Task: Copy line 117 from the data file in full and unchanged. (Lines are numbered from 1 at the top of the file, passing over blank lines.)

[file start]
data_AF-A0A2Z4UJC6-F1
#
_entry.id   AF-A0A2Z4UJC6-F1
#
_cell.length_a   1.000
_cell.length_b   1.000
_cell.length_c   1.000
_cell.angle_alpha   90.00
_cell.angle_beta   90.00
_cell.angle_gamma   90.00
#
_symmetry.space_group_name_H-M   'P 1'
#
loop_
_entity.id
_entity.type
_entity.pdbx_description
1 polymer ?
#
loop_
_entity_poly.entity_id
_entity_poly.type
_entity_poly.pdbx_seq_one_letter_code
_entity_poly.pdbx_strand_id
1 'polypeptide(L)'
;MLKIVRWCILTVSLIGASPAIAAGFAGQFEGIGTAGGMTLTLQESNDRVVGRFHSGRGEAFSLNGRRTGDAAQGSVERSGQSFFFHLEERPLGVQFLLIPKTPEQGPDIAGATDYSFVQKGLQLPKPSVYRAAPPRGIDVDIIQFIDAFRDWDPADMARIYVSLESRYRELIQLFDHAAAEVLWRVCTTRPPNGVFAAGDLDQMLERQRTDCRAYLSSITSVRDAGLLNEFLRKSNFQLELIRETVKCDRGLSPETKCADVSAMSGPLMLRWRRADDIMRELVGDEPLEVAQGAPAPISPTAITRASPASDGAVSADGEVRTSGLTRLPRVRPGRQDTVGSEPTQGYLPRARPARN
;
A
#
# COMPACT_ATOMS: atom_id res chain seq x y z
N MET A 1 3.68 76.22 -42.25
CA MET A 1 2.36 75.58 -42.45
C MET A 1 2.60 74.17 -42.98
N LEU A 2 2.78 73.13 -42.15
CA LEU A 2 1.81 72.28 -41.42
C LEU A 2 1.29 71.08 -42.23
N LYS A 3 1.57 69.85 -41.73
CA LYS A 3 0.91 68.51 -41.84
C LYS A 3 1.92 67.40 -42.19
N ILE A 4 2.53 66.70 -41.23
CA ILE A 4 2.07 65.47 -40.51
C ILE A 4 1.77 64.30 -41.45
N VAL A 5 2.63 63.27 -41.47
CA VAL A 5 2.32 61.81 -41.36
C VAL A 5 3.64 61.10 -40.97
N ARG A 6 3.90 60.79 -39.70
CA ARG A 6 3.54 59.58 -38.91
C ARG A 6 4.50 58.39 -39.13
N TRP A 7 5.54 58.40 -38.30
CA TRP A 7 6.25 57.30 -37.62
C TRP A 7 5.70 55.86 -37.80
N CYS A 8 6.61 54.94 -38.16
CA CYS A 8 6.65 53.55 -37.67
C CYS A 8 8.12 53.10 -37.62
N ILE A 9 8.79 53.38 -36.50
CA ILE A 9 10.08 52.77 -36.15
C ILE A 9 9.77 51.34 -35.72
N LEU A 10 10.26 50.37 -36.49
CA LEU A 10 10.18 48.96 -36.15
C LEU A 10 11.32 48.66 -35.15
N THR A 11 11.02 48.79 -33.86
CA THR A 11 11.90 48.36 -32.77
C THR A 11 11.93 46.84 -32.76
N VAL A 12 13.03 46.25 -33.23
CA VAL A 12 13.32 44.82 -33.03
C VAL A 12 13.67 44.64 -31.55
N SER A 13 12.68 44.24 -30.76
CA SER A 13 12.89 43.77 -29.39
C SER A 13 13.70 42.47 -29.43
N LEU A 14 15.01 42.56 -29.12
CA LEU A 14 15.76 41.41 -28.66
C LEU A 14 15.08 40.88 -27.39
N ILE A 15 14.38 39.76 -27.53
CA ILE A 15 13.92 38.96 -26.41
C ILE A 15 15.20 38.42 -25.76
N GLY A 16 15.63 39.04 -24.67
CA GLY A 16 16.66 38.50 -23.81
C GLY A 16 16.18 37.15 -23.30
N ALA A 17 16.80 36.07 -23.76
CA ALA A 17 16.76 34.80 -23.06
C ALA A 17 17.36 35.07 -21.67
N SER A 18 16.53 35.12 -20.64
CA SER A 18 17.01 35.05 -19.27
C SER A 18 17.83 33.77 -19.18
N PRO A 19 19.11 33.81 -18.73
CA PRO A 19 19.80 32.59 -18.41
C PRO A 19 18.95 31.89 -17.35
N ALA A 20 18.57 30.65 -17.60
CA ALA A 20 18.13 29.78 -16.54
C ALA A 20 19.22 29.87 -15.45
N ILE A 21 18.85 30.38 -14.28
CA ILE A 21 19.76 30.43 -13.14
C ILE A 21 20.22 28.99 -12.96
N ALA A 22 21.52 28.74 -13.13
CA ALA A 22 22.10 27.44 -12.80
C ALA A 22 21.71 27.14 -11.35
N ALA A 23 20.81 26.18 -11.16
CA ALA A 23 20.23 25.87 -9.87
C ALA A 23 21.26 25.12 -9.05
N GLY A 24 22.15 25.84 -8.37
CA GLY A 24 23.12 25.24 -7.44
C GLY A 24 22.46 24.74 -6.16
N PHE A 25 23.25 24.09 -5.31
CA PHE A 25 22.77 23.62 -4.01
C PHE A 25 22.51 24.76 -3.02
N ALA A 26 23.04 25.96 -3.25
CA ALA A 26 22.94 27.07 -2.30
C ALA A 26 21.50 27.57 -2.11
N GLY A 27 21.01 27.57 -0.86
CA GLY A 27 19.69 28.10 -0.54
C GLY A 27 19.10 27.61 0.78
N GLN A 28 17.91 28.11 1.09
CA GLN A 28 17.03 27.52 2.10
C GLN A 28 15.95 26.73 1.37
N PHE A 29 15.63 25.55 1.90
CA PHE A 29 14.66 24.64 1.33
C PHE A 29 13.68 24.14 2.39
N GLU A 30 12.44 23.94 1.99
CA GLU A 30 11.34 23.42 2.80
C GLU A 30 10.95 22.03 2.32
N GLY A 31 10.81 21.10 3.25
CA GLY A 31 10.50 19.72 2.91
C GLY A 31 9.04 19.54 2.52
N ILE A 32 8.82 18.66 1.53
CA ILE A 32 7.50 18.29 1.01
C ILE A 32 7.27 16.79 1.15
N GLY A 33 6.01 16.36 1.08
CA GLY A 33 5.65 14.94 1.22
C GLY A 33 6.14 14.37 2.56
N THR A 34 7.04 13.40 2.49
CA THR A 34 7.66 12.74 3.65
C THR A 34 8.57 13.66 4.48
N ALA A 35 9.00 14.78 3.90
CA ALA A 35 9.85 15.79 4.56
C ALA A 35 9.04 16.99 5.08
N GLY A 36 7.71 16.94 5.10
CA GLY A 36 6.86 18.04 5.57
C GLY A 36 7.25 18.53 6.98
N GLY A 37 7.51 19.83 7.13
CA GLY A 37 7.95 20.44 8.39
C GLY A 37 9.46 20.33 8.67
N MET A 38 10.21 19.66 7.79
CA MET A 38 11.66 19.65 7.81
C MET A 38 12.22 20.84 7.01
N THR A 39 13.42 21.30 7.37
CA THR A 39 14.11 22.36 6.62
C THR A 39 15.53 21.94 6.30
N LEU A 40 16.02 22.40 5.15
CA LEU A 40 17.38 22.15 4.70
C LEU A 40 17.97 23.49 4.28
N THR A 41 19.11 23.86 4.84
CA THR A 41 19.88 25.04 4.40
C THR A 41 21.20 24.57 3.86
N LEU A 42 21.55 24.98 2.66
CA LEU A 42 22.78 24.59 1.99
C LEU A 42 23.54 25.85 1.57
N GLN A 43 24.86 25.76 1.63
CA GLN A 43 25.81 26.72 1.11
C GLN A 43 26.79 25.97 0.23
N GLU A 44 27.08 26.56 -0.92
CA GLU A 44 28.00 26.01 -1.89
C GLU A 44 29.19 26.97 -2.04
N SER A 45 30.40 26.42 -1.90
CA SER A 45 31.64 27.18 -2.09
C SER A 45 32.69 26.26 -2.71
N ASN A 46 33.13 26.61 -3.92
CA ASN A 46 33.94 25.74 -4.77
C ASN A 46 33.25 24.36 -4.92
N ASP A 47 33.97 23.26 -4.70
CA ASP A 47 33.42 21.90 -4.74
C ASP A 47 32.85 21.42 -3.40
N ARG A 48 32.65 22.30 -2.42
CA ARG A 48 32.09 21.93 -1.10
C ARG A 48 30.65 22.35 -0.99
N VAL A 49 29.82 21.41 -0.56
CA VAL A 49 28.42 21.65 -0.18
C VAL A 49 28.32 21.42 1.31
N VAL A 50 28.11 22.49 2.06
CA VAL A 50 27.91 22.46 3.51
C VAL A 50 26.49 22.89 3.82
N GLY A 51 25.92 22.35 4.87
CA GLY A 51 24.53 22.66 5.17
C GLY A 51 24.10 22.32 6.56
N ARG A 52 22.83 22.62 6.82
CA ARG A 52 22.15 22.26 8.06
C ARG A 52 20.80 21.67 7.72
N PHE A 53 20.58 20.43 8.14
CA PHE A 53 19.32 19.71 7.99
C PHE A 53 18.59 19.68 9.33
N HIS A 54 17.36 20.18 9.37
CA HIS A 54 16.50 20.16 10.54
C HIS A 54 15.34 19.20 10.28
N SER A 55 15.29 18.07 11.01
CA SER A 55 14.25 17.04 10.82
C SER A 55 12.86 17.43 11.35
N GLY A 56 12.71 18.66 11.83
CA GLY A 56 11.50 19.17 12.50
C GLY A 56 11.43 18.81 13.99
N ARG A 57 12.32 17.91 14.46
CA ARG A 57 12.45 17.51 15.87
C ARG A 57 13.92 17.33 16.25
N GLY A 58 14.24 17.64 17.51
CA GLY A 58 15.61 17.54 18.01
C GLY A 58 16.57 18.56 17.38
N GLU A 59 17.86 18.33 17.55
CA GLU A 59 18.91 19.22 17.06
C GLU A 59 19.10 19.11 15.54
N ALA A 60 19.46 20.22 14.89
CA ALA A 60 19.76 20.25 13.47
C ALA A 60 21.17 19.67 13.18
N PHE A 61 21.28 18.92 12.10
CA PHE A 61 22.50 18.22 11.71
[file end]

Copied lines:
C PHE A 29 13.68 24.14 2.39